The primary burden of characterization at the outset is, however, by description. The pair are travelling third-class, their belongings are of cheap materials, the flowers wrapped in newspaper, they are dressed in 'rigorous and poor mourning clothes'. The reasons for the mourning are not yet disclosed. The journey, the flowers and the solicitude ofappearances all suggest, as the story confirms, a visit to the grave of a near relative.

The description goes on to reveal the mother as prematurely old, a shapeless, ill-dressed figure. Life, clearly, has been unkind and, as the setting suggests, is still unkind. The smoke, the heat and the smells are used as incidental background description but they also suggest the forces ranged against her. The brooding silence and the crushing heat of the siesta subsequently perform the same function and prepare the way for the corporate hostility to the couple as the story closes.

But the description and, thus, the characterization takes on a new direction with the insertion of two key sentences. The first notes how she travelled 'with her spine pressed firmly against the back of the seat'. Characterization in the early fiction Her physical posture is the bearer of her spiritual strength. Physical rectitude is moral rectitude.

This is confirmed by one of Garcia Marquez's most revealing portrayals of character, one which we might associate with the person of the colonel, the author's most enduring hero: 'She had the scrupulous serenity of those people accustomed to poverty. The juxtaposition of words, as with other similar instances in 'One ofthese Days' and other stories, typifies the skill of the narrator to evoke the abstract and elusive nature of spiritual strength and power. We find, too, in this story a singular transparency ofcharacterization, a simplicity not only of detail or of significant feature but a revelation, in the simplest and most economic oflanguage, ofthe inner coreofpersonality.

Nothing is obscured, nothing ambivalent. The mother shows no naivety or ingenuousness, she is the victim of no humour or irony. In her we perceive the indestructible core of the essential self which Vargas Llosa has noted in the writings of Garcia Marquez. This simplicity of characterization is, arguably, one of the most prominent aspects ofhis technique. With the arrival in the town, the inimical forces reappear, suggested by the silent anonymity of the sleeping town and the tiny eyes behind thick lenses ofthe priest's sister.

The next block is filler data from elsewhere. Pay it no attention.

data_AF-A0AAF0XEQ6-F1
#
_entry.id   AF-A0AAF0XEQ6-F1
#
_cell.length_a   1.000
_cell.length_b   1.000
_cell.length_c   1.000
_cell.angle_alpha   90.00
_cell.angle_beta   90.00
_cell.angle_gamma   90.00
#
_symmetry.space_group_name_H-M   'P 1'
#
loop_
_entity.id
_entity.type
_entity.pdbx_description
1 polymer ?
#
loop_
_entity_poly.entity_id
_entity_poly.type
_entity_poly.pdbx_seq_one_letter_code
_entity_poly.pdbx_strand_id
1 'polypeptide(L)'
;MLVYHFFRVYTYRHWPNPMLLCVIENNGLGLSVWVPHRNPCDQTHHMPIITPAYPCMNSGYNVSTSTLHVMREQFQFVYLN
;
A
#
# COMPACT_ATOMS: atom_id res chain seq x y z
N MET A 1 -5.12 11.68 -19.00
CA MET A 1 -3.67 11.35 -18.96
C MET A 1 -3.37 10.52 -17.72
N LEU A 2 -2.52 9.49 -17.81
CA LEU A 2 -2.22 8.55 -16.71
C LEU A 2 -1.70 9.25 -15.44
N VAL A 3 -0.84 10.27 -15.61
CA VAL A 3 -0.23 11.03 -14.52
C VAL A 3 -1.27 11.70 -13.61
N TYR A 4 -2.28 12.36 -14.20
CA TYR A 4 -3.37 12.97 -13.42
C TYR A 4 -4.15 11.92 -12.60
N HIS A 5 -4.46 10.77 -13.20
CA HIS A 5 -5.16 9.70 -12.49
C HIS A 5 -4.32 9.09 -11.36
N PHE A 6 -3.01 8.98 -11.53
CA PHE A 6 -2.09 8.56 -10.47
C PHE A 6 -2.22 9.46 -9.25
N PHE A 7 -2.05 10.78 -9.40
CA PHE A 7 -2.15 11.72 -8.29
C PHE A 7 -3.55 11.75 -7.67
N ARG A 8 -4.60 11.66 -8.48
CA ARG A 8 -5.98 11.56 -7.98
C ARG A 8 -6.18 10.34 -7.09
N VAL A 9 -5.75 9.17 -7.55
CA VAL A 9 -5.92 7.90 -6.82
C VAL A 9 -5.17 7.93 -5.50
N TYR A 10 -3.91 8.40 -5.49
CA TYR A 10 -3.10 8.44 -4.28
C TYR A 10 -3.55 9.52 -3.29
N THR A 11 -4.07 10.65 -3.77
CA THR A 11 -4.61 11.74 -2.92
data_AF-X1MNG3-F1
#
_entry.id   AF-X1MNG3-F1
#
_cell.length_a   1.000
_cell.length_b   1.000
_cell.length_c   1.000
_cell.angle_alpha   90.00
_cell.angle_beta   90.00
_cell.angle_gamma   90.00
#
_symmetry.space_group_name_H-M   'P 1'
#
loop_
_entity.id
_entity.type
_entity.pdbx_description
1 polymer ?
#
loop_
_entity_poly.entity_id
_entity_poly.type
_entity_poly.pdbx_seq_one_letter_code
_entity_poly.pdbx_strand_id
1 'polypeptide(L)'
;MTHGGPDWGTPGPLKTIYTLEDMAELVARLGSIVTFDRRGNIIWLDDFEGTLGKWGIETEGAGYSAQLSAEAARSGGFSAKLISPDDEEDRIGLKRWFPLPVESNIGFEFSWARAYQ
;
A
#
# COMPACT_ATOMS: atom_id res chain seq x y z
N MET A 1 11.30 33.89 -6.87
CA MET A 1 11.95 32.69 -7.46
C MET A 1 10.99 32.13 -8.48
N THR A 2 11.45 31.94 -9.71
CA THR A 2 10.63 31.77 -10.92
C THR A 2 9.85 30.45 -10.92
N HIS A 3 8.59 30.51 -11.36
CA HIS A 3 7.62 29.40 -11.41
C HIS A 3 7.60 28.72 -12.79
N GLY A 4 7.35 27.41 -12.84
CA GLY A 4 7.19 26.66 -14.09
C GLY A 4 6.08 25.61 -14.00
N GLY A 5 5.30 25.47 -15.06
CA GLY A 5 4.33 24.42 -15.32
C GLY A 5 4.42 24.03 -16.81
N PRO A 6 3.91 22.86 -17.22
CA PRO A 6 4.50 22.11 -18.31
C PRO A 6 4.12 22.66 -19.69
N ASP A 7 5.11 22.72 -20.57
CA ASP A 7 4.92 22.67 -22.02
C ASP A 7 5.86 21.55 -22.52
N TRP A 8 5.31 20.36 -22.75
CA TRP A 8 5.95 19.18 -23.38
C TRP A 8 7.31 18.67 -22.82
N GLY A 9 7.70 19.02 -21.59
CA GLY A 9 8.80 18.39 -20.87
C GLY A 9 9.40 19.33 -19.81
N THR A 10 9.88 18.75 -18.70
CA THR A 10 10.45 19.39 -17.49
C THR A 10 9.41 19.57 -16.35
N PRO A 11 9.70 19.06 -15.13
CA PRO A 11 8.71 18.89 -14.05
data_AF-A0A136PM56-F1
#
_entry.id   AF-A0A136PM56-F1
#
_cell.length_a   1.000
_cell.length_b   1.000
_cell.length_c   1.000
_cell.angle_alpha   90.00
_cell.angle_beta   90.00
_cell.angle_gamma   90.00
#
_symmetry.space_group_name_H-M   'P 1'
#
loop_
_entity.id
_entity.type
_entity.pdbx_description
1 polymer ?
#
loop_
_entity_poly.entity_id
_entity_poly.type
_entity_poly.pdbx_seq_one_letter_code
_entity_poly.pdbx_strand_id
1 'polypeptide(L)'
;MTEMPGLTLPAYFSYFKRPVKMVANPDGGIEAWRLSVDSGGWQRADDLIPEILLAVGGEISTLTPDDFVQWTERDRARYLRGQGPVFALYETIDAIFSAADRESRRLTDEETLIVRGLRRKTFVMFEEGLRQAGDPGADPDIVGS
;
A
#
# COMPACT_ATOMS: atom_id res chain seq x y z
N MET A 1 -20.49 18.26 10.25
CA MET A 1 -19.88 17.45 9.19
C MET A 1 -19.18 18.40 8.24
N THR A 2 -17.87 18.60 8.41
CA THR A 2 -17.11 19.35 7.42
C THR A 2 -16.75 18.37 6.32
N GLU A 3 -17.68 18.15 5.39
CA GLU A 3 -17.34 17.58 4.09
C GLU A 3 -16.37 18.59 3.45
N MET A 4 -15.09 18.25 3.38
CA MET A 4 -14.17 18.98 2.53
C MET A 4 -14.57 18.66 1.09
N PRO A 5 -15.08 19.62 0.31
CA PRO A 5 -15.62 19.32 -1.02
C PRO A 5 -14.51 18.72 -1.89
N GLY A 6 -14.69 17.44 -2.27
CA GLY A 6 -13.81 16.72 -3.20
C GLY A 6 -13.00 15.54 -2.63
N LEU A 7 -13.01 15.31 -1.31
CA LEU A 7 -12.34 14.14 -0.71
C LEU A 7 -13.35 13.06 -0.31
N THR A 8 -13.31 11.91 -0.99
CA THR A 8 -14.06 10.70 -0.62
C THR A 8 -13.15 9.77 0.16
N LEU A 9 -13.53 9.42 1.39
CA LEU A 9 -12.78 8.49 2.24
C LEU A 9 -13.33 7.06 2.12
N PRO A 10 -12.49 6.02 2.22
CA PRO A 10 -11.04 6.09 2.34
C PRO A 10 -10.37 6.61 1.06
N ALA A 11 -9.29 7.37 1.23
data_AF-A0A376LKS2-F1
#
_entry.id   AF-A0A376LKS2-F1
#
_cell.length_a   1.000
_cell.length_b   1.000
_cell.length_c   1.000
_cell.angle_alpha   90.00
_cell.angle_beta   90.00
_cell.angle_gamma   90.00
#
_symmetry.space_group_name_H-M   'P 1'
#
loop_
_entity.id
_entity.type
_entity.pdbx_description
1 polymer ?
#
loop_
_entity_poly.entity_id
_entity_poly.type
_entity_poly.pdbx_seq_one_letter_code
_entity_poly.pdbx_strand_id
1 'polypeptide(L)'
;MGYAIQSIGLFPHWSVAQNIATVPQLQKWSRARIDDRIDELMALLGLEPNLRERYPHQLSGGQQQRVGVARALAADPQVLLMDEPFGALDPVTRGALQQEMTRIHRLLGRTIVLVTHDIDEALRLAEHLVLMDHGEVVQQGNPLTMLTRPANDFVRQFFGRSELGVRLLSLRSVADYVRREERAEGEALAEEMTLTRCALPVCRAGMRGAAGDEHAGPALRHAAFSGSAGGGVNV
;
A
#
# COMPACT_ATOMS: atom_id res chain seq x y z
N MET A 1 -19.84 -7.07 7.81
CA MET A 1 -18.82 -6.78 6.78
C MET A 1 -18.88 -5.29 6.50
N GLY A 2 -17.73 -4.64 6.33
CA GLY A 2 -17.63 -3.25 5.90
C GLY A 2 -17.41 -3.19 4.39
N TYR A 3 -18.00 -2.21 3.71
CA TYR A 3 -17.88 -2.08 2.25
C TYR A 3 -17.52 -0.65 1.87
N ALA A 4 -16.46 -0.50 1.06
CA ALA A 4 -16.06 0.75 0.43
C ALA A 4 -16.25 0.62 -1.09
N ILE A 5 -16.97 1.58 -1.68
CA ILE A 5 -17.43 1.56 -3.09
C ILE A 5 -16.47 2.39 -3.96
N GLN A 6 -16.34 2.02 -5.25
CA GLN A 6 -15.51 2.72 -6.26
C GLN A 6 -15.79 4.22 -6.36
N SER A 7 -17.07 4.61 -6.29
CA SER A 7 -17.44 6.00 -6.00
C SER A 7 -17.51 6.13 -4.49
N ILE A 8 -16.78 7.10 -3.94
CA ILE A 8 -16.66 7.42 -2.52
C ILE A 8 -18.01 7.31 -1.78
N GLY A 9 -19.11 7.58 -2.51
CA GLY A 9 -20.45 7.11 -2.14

The mode ofcharacterization changes at this point from physical description and telling juxtaposition of word to verbal and adverbial delineation: gesture, tone and inflection of voice, regard, demeanour. The inner serenity and integrity of a woman undertaking a sad and uncomfortable journey grows stronger at this point in the story. It coincides, as we have already seen in 'One of these Days', with a moment of confrontation. She refuses to be de flected from her purpose. Strength of will with serenity, resolve with relaxed control.

She refuses to wait for an hour and miss her train. Now dialogue bears the burden of characterization and the refusal spoken in a tone of voice 'still gentle, with a variety of nuances' conveys the same combination ofqualities as 'reposed tenacity'. The impression is evoked by physical demeanour and inflection of voice of a force of personality to be reckoned with. The mother might be poor, haggard,.


But her will, her integrity and dignity, her serenity of inner control all emerge in the conversation with the priest. The burden of their dialogue is shaped to highlight these qualities. The unpromising story takes on a promising direction and explains the mourning clothes and the hostile silence with the emergence of the soporific priest and the request for the cemetery key.

When he finally understands who she is, he reacts in a very special way. He 'scrutinizes her'. Garcia Marquez adds nothing else. But the text discloses, in the reaction of the mother, further details. We return to the theme of confrontation. The priest accuses with his stare; the mother returns his look 'with a quiet authority'.

Such is the intensity of her gaze that the priest blushes. The accuser yields the psychological advantage to the accused. If, in the first confrontation, the issue was one of convenience now the arena of conflict has shifted to a moral ground. It is an example of the signposting alluded to earlier. In this shift the mother undergoes another significant change and, in so doing, grows in moral stature. But the priest, though humbled, cannot resist the question, ' "Did you never try to direct him on the proper path? The inner serenity and control hold firm and she replies only after she has signed the ledger.